My self-confidence was further shaken when I started digging through the old code. I hadn’t looked at it in two years. It hadn’t aged well. While the UI still worked and looked good, the front-end was a mess. It seemed as if it was being held together by duct-tape.
In terms of “code smell”, it reeked like a dumpster fire.
While my wife only wanted an update, navigating through that codebase was laborious. It was going to be easier to start from scratch. I wasn’t thrilled at the idea of starting anew. But while my wife had grown a lot in the past couple years, I had too. I took it as an opportunity to reflect on how much I had learned.
The first day I started building my wife’s new website, I knew it wasn’t going to take 3 months. I was able to do more in that first day than I previously had in a week. In the end, it only took about a weeks worth of time to finish the update.
You can see it live here: irissprague.co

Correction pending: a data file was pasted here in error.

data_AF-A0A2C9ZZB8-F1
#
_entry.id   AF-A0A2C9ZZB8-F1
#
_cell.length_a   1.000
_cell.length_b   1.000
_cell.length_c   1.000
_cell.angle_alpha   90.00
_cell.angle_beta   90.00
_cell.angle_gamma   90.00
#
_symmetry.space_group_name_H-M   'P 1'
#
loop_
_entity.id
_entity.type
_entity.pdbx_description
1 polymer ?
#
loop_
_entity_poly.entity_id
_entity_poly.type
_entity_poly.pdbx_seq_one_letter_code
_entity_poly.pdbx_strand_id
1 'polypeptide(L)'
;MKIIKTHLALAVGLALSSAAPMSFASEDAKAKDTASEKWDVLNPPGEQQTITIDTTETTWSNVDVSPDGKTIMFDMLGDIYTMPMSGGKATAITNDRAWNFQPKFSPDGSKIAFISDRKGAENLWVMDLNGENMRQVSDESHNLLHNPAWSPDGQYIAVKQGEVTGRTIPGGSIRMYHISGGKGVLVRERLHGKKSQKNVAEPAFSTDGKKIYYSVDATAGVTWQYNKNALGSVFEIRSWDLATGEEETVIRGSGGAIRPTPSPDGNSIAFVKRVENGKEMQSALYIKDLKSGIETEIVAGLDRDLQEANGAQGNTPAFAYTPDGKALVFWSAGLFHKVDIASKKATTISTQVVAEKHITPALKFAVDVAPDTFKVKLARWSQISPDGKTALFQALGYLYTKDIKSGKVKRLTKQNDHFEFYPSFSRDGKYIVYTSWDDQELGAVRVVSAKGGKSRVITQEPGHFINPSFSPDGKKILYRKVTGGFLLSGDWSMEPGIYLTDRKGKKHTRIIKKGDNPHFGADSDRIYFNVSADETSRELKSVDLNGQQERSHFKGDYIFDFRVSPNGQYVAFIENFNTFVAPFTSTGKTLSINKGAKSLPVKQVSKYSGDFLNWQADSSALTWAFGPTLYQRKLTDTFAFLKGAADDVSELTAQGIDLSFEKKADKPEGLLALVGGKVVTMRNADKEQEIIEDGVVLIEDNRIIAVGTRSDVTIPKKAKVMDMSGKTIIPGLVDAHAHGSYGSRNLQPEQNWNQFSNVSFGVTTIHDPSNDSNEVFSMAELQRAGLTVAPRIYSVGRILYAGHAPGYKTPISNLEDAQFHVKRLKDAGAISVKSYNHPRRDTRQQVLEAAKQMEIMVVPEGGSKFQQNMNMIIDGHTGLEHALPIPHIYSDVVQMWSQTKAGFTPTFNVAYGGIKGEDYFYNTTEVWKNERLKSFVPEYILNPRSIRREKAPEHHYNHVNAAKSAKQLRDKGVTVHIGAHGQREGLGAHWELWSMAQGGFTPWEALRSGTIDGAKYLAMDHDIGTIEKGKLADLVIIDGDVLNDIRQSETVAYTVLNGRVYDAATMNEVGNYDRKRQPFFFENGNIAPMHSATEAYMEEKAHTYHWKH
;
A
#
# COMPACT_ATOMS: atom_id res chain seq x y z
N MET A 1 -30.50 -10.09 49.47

While I was impressed with how quickly I was able to build it, I wasn’t exactly sure why it had been so much faster. Sure, I had two more years under my belt, but what exactly had I learned in those two years?
I wrote each HTML file from scratch. To maintain consistency, I copied over any repeated elements. Unfortunately, that meant that changing one page meant changing several.
Automating the Build Process
Another reason the first website took so long to build was because I had no concept of a build process. For the entire 3 months I was building my wife’s first portfolio site, I was doing it all locally on my machine.
Whenever I made a large change, I would have to pester my wife to come scrutinize the alterations on my laptop. If that wasn’t bad enough, when it came time to push my changes to a production server, I had no idea where to start.